Facebook Ads Bid Strategies: Lowest Cost, Cost Cap, Bid Cap

Facebook advertisers can use bid strategies to help control how Facebook spends your budget in the ad auction. When used properly, this can lead to more profitable ads.

The primary bid strategies are as follows:

  • Lowest Cost
  • Cost Cap
  • Bid Cap
  • Minimum ROAS

The problem, of course, is that most advertisers don’t understand when and how to use these bid strategies. In this post, we’ll walk through what they are and when you should consider using them.

Lowest Cost

Lowest Cost is the default bid strategy, and it doesn’t involve any effort at all.

Within the Optimization & Delivery section of the ad set, you’ll see an optional Cost Control field.

Facebook Lowest Cost Bid Strategy

If you leave that field blank, Facebook will aim to get the most results possible from your budget. When you use Lowest Cost, Facebook will try to use up your budget. There won’t be a goal or concern related to the Cost Per Action or ROAS.

Using the default Lowest Cost is best in the following scenarios:

  • You want to spend your entire budget
  • You don’t care about the Cost Per Action

Think of it this way: If you use the defaults and use Lowest Cost bidding, Facebook doesn’t have a specific goal or guideline in mind when running your ads. Facebook will try to get you the action you are optimizing for and they’ll try to spend your budget. That’s it.

If you add some manual controls, it may limit how much you are willing to spend in the auction or it may set CPA or ROAS goals that Facebook will try to reach.

Cost Cap

If you enter a Cost Control, Facebook will automatically use Cost Cap.

Facebook Cost Control

In some cases, you’ll be able to edit the bid strategy and change to the Bid Cap Bid Control.

Facebook Cost Cap

If you use Cost Cap, Facebook will try to keep the average Cost Per Action at or below the cost control that you set.

Let’s assume you are optimizing for conversions. If you set a $10.00 cost control while using Cost Cap, Facebook will aim to maintain a $10 Cost Per Conversion. Some conversions will cost more and some less.

Facebook recommends that you use a Cost Cap to tell Facebook the highest CPA that will keep your campaign profitable. Keep in mind that this may make it more difficult to spend your budget. As a result, it may take longer to exit the Learning Phase. Your results may fluctuate until then.

Bid Cap

The Bid Cap bid strategy is available for most optimization options.

Facebook Bid Cap

Bid Cap allows you to set the maximum bid across auctions, rather than allowing Facebook to bid dynamically based on your cost or value goals. This is meant for those who have a strong understanding of predicted conversion rates and can calculate the right bid.

Here’s a graphic that Facebook uses to try and differentiate Cost Cap and Bid Cap…

Facebook Cost Control

Bid Cap is considered the very “advanced” method. Better for the most sophisticated advertiser with high volume and a deep understanding of KPIs and costs.

BONUS: Minimum ROAS and Value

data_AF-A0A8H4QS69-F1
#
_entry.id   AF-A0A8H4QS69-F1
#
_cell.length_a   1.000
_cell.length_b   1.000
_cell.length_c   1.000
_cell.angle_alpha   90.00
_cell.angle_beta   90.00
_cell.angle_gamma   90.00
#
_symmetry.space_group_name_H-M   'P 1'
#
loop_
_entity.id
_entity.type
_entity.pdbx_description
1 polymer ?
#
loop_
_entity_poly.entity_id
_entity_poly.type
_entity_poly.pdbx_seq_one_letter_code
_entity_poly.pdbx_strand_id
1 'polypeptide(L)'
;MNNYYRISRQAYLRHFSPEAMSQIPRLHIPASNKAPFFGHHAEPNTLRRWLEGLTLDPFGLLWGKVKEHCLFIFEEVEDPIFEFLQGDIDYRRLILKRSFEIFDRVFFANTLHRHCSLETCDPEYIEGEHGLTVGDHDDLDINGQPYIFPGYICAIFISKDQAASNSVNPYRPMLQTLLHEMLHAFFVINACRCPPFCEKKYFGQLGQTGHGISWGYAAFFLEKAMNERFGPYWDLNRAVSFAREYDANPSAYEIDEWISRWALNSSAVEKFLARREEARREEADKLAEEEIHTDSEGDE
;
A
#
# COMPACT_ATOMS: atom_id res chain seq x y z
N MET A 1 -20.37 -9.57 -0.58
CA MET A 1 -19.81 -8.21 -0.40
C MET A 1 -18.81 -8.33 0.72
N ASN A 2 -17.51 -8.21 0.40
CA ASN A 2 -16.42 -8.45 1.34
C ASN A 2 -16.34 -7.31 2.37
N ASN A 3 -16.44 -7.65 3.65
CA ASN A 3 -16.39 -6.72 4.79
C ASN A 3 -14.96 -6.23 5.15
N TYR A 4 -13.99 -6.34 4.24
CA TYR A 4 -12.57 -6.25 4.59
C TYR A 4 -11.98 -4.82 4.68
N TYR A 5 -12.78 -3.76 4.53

If you optimize for Value, Facebook will aim to spend your budget while generating the most budget. If you use Minimum ROAS Control, you can set a Minimum ROAS (Return on Ad Spend), and Facebook will use that Minimum ROAS as a guide while spending your budget.

I actually wrote about optimizing for Value and setting a Minimum ROAS recently in the posts below:

Ad Set vs. CBO

If you turn Campaign Budget Optimization (CBO) on, you will set your bid strategy at the campaign level.

Facebook Bid Strategy

That strategy will then be applied across all ad sets within the campaign.

If CBO is turned off, the bid strategy is determined within the Optimization & Delivery section of the ad set.

Don’t Get Cute

The instinct may be to bid as low as possible and “trick” Facebook’s systems. This is how you get 100 sales for $.01 each, right?

Well, no. The result of setting manual Bid and Cost Controls too low is that you won’t get any distribution at all. Or you won’t get the volume of results you want. Or you won’t reach the people most likely to convert.

A Cost Cap, for example, doesn’t guarantee that you’ll be able to maintain an average CPA cost that you desire. It simply establishes a goal.

Use bid strategies to manage costs, but don’t use them because you think you can manipulate the system to give you results that are otherwise impossible.

The reality is this: For most advertisers, most of the time, using the default Lowest Cost bid strategy is fine. Feel free to experiment with Cost Caps, in particular. But also don’t feel like you need to use any of these if you’re overwhelmed by how to use them.

Bid Strategy by Optimization

If you are trying to set a Cost Cap and can’t, that’s probably because it’s not an option for the optimization you have chosen.

Bid Cap is available for most optimization options. You can use Cost Caps for the following:

  • 2-second Video Views
  • App Installs
  • Conversions
  • Conversion Events (Catalog Sales)
  • Event Responses
  • Landing Page Views
  • Leads
  • Link Clicks
  • Page Likes
  • Post Engagement
  • Video Views


The purpose of this post was to explain as simply as possible the differences between bid strategies and when you might use them. That said, you could go REALLY deep into the weeds on these (particularly Bid Cap, which still makes my brain mutate sometimes).

Check out the following for more info:

Your Turn

What’s been your experience with Facebook ads bid strategies?

Let me know in the comments below!